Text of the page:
YUM is scheduled to report 2Q10 earnings after the close on Tuesday. On an EPS basis, my estimate is coming in light, at $0.50 versus the street’s $0.54 estimate, but given the company’s track record of beating expectations, I would not be surprised if numbers came in above my estimate.
Going into the quarter I continue to have two primary concerns, largely related to what I recognize as overly aggressive unit growth in China and profitability issues in the U.S.
Despite the expected sequential slowdown in same-store sales growth in 2Q10 on a 2-year average basis (management’s guidance implies a 300 bp deceleration), I don’t think the issues in China will become more apparent until the second half of 2010 when restaurant profit margin should decline YOY. Specifically, management pointed to commodity inflation and increased wage inflation in the back half of the year. It is important to remember that restaurant margin growth in 1Q10 was driven primarily by commodity cost deflation of $15 million.
Although same-store sales improved significantly in 1Q10 on a 2-year average basis, I don’t think this trend is sustainable (again, management’s 2Q and FY10 guidance implies a deceleration). Any slowdown in same-store sales growth will take a toll on margins as the company faces commodity and wage rate headwinds in 2H10.
As shown in the chart below, YUM China has been operating in what we call “Nirvana”, when both same-store sales and YOY restaurant profit margin growth are positive. YUM should remain in Nirvana territory in 2Q10, but trends should get more difficult in 2H10, with the company potentially falling into “Deep Hole” territory (negative same-store sales and YOY decline in restaurant level margin) in 3Q10 and “Trouble Brewing” territory in 4Q10 (positive same-store sales and YOY decline in restaurant level margin).
For reference, when we think about the four quadrants outlined below, we recognize the trends associated with operating in both the “Life-Line” and “Trouble Brewing” territories as unsustainable. Broadly speaking, if a company is posting positive same-store sales and declining margins (Trouble brewing), the company is unable to leverage its positive top-line and is therefore spending too much (often a result of growth related costs).
Within “Life-Line”, a company’s margins continue to grow despite negative same-store sales growth. A lot of restaurant companies have operated in this quadrant in recent quarters as they have focused on cutting costs to offset the difficult sales environment. A company cannot cut costs forever without hurting the customer experience so margins will eventually follow the direction of same-store sales growth.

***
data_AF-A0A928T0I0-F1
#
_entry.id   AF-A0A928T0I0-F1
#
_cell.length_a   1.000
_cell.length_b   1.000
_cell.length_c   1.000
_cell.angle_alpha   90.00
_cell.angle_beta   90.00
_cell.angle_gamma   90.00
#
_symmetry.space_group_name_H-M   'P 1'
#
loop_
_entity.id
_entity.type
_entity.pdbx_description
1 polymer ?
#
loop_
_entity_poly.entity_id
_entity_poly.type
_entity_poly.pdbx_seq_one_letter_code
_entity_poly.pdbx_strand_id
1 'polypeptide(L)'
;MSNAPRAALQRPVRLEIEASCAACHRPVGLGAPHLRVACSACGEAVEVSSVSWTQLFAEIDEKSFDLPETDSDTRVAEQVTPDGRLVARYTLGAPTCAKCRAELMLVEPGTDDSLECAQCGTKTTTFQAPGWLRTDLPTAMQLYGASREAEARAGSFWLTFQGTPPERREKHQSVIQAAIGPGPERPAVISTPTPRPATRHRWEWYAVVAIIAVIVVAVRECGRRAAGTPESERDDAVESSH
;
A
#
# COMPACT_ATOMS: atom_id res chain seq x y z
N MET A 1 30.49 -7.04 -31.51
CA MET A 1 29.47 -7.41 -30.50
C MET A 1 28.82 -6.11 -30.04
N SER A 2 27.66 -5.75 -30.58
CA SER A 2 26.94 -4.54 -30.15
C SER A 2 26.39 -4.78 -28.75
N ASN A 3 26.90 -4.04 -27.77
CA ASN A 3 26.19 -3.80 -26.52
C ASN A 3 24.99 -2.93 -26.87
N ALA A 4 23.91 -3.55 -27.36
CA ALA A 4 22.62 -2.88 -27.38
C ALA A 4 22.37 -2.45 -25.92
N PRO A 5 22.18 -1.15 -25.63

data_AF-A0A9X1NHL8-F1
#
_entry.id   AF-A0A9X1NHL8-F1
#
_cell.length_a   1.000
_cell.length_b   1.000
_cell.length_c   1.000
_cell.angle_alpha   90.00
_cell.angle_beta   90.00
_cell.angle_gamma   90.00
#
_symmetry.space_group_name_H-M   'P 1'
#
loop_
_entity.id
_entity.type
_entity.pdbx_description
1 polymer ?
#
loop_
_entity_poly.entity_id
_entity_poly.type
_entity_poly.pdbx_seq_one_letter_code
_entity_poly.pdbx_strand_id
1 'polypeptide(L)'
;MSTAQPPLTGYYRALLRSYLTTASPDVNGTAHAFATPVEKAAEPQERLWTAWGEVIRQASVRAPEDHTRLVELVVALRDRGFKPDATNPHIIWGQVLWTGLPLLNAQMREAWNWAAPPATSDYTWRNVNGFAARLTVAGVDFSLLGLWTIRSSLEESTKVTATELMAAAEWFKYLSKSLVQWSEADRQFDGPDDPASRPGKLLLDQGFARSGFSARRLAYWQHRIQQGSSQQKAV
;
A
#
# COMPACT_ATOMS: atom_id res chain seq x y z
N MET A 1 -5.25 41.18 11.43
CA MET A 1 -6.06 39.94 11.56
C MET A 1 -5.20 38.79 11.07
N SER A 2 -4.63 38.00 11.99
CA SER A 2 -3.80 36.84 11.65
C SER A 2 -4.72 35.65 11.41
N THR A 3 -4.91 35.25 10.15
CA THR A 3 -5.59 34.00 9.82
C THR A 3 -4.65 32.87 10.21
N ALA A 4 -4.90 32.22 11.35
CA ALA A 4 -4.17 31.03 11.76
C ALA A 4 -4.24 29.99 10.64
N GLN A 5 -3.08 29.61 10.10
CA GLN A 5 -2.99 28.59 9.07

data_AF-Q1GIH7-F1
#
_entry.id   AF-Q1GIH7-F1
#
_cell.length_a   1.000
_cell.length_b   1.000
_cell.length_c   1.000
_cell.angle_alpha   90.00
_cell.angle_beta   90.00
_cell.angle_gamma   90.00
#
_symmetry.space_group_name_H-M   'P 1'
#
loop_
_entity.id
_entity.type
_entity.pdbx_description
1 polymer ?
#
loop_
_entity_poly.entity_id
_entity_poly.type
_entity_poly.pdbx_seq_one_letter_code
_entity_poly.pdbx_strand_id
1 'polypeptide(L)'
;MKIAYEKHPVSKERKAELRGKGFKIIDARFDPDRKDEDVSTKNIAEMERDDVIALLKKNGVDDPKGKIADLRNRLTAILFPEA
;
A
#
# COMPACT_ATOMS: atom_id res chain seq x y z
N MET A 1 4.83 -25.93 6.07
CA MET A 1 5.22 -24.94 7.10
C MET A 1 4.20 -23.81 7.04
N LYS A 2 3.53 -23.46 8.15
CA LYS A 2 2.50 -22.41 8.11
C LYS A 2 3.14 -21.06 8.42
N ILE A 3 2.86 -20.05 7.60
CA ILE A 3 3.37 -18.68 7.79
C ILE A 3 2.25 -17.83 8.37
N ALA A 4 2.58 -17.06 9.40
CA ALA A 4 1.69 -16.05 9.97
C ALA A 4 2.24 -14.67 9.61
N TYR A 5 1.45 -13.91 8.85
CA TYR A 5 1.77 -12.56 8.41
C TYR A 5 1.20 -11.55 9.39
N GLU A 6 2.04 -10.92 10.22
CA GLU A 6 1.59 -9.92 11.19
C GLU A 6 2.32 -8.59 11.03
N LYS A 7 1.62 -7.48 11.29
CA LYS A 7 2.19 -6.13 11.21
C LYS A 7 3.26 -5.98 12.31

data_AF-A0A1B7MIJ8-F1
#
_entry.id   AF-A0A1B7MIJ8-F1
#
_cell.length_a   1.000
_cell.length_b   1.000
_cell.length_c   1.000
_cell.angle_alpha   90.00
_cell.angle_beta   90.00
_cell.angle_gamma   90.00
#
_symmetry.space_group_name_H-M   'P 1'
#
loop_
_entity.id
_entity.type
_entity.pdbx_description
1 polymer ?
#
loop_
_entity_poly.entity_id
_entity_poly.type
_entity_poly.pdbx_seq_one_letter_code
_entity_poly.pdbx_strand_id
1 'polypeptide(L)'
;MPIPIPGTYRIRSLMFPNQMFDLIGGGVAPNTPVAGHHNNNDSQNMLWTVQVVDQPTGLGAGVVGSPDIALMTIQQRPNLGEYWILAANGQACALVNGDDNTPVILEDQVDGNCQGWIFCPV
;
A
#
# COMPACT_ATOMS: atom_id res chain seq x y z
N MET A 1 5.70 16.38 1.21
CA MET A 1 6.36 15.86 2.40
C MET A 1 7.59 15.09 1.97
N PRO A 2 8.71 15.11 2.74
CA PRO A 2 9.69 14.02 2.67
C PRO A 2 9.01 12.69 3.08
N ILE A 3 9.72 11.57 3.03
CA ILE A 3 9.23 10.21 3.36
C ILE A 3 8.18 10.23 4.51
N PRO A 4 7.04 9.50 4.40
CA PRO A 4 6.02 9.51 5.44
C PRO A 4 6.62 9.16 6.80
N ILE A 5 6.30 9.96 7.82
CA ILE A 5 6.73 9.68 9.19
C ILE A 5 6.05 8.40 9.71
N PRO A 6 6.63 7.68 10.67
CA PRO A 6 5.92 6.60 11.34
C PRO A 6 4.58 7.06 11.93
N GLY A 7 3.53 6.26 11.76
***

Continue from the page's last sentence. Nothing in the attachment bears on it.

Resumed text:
YUM is facing its most difficult same-store sales comparison in 2Q10 as it laps the Kentucky Grilled Chicken launch and a +3% comp at KFC (the only positive comp at KFC in 2009). That being said, I am expecting same-store sales in the U.S. to improve slightly in 2Q10 from 1Q10 on a 2-year basis, primarily as a result of the new $2 combo meal at Taco Bell (lower drink and combo sales hurt 1Q10 trends) and the Double Down at KFC (which was reported to be on the menu indefinitely after initial plans introduced it as an LTO).
During the first quarter, U.S. profitability was hurt by an increase in the number of consumers buying off the “Why Pay More” menu at Taco Bell. Even if same-store sales get better in 2Q, this value menu will likely continue to be an important driver of traffic growth at the concept. This combined with the fact that commodity costs should turn inflationary in the U.S. and the YOY restaurant profit margin compares get increasingly difficult for the next two quarters should continue to put pressure on U.S. profitability.
The chart below highlights that U.S. same-store sales and margins have suffered for some time now, with the company operating in a “Deep Hole” for the last two reported quarters. YUM will likely remain in a “Deep Hole” in 2Q10 but should then recover somewhat in the back half of the year as it emerges from the “Deep Hole” and potentially moves into “Nirvana” territory in 4Q10. This expected recovery is largely a function of easy comparisons in 2H10 (as management pointed out on its 1Q10 earnings call). YUM is lapping -6% and -8% same-store sales from 3Q09 and 4Q09, respectively.
We will have to see how same-store sales track for the rest of the year in the U.S. (QSR trends, on average, continue to be choppy), but I continue to think that YUM’s full year U.S. operating profit could fall short of the company’s guidance of 5% growth (I am currently modeling nearly 3% growth with the bulk of that growth coming in 4Q10 when the company is lapping a 23% decline from 4Q09).